After the excitement over Kony 2012 calmed down, Invisible Children’s revenues dropped precipitously. “We knew it was a one-off event. We were intentional in saying that best thing for the long-term of our organization isn’t to sprinkle the money over 10 years, it’s to make a sizable impact on the LRA in the short term, all the way up to seeing the capture of Joseph Kony. The fact that Kony wasn’t taken down–that has been problematic,” says Keesey.

In this second video, released during the backlash to the success of their first film, Invisible Children defended themselves from their critics.

In 2013, the group’s revenues plunged to $5.5 million. And while Kony hasn’t been captured, the number of LRA fighters has dropped from over 2,000 (when Invisible Children launched in 2004) to 150 people today. This is at least partially because, in 2006, Kony was forced out of Uganda and into the jungle, where he is rumored to still reside with his band of militant children. Soon after, the LRA started breaking up into smaller factions that don’t have the destructive capabilities–like destroying entire towns–that they once possessed. U.S. forces, armed with funding from the LRA Disarmament and Northern Uganda Recovery Act (the political act supported by Invisible Children), have also helped chip away at Kony’s strength. This makes Invisible Children’s cause much less dire than it was a decade ago.

“It’s a story of major progress, but recently it’s been unsustainable for us to finance the organization in the same way,” says Keesey. “One of the things we’ve learned is that when you are a single-issue human rights organization like we are, trying to reduce the violence of the LRA and supporting communities, it’s hard to reinvent your story. Every year we had to find a new way to reengage citizens and policymakers.”

He points out that critics of the Kony 2012 campaign, who damned it for being focused on social media instead of solutions, failed to realize that Obama has to decide whether to reauthorize his LRA deployments every six months, forcing Invisible Children’s to constantly rally for political support. In other words, the Kony 2012 campaign may have been just as important for the widespread awareness it raised (and ostensibly the political pressure it created) than for any part of its role in bringing down Kony.

“Some of it is also the nature of when one specific cause has such a moment in the spotlight, it’s hard for the cause to sustain itself going forward. It’s fair to assume that the ALS ice bucket challenge won’t get $100 million next summer,” says Keesey.


This is a relatively new predicament for nonprofits: what to do after a viral hit offers an unprecedented moment in the sun, accompanied by more cash than they know what to do with. It’s a fair assumption that the money coming from a viral video or campaign is a one-time thing, and viral hits are too rare to bet on having a second one. The Invisible Children option–spending all the cash in one go–is an especially risky decision for organizations that have small budgets. But for an organization that doesn’t mind putting itself out of business in the name of a cause, it makes sense. The campaign to capture Kony and shut down the LRA is, in the near-term, more achievable than curing ALS.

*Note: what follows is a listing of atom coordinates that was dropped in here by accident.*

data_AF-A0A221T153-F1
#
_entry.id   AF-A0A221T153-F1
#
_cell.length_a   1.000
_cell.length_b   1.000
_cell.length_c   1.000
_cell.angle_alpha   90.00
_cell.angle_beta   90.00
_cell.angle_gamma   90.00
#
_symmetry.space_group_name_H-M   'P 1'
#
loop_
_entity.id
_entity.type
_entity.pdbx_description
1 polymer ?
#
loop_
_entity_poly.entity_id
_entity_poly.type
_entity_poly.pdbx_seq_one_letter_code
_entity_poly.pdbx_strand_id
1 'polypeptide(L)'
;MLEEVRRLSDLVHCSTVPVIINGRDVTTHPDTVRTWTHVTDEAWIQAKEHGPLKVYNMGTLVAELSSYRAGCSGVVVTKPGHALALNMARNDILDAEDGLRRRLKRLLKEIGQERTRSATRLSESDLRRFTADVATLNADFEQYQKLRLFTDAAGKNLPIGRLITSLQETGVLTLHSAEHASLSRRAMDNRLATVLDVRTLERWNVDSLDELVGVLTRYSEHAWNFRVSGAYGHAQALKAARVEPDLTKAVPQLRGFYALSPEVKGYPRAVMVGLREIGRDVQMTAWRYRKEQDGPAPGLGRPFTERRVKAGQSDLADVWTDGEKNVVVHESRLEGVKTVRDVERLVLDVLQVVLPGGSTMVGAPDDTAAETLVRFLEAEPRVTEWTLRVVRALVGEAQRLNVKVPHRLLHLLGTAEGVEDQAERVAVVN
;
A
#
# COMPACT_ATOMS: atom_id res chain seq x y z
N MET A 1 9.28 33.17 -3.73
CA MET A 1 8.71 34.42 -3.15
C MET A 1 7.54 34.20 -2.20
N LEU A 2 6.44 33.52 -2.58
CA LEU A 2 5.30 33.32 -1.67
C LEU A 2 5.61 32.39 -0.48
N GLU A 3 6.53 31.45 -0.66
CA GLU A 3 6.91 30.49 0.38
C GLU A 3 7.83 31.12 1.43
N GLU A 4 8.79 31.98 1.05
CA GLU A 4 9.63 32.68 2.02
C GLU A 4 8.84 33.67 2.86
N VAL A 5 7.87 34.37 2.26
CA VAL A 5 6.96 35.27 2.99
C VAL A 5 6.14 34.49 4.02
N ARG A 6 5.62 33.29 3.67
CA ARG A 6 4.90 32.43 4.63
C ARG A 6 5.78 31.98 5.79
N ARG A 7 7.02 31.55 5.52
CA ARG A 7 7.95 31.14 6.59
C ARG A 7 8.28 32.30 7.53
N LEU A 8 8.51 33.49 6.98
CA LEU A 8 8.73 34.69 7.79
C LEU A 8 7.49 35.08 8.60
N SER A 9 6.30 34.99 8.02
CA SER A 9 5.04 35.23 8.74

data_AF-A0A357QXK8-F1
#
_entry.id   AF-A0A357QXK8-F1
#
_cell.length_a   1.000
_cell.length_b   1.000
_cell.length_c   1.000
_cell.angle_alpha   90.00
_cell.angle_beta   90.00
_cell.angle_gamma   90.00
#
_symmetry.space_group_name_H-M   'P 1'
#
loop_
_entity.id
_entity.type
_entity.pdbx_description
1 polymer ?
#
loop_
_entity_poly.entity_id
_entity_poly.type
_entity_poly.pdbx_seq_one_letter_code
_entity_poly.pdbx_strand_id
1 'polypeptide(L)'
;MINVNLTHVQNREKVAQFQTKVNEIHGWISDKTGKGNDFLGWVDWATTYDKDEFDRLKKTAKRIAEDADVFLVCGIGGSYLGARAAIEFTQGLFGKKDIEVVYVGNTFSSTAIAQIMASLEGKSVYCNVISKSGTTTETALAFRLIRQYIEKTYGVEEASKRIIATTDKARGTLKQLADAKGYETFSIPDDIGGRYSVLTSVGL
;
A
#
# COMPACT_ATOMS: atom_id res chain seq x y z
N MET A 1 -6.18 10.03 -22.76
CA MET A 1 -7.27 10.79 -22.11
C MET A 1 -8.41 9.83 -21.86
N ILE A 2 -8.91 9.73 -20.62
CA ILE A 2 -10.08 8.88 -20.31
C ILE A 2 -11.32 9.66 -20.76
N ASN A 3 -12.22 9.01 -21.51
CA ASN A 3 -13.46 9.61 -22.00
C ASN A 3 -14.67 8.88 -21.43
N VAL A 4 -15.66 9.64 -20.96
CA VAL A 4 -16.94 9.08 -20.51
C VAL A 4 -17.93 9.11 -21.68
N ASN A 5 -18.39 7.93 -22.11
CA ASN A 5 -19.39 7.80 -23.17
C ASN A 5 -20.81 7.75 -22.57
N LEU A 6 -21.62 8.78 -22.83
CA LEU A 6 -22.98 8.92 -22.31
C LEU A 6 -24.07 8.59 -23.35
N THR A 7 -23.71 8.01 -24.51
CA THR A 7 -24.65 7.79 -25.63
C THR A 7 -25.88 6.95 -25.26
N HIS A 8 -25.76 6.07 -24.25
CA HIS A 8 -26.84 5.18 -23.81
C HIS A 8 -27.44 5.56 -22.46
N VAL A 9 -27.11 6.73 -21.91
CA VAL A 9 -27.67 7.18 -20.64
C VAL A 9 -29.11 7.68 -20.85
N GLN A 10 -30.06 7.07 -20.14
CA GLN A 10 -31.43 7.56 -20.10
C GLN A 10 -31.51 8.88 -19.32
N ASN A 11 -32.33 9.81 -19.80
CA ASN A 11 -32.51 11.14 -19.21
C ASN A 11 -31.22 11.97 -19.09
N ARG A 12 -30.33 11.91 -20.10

On the other hand, there is something to be said for holding onto money and saving it up for future campaigns, as the ALS Foundation is doing (specifically directing a portion of money towards research over the next few years and deliberating on what to do with the rest). For nonprofits working on issues that will be around for the foreseeable future, this is probably the best option.

Invisible Children is now trying to raise $300,000 by the end of the year to fund all of its work in 2015–that is, targeted advocacy work in Washington, D.C., and Africa, not large media campaigns–before it shuts down. The organization is also trying to create a large volunteer network of activists that will hold leaders accountable on the LRA situation.

In spite of the organization’s impending shutdown, Keesey says he’d do everything the same again. While Invisible Children’s single-issue focus made its long-term viability questionable, it also gave the group a clear mission and metrics to work towards. It’s hard to engage people as effectively as Invisible Children has in an organization trying to tackle numerous issues at the same time.

“I really hope that we have inspired groups to realize that there are hundreds of millions of people on this planet that desperately want to make a difference in the world. When you give them a chance, engaging them through social media and face-to-face interaction, people show up,” says Keesey.


For other organizations launching initiatives that they hope will turn viral, there a few lessons to take away from the Invisible Children experience: Be prepared. Make sure you can withstand criticism and large amounts of traffic. Control the narrative.

Come up with a clear path for how you want to spend money if you end up with more than you expected. Do you care about expanding? Then consider saving your cash. If not–if there is an immediate need in the world that your money can address–think about how spending it all at once will affect your long-term plans. And once all the dust has settled, deploy more initiatives to keep your name in the spotlight. Otherwise, you might just fade away.

About the author

Ariel Schwartz is a Senior Editor at Co.Exist. She has contributed to SF Weekly, Popular Science, Inhabitat, Greenbiz, NBC Bay Area, GOOD Magazine and more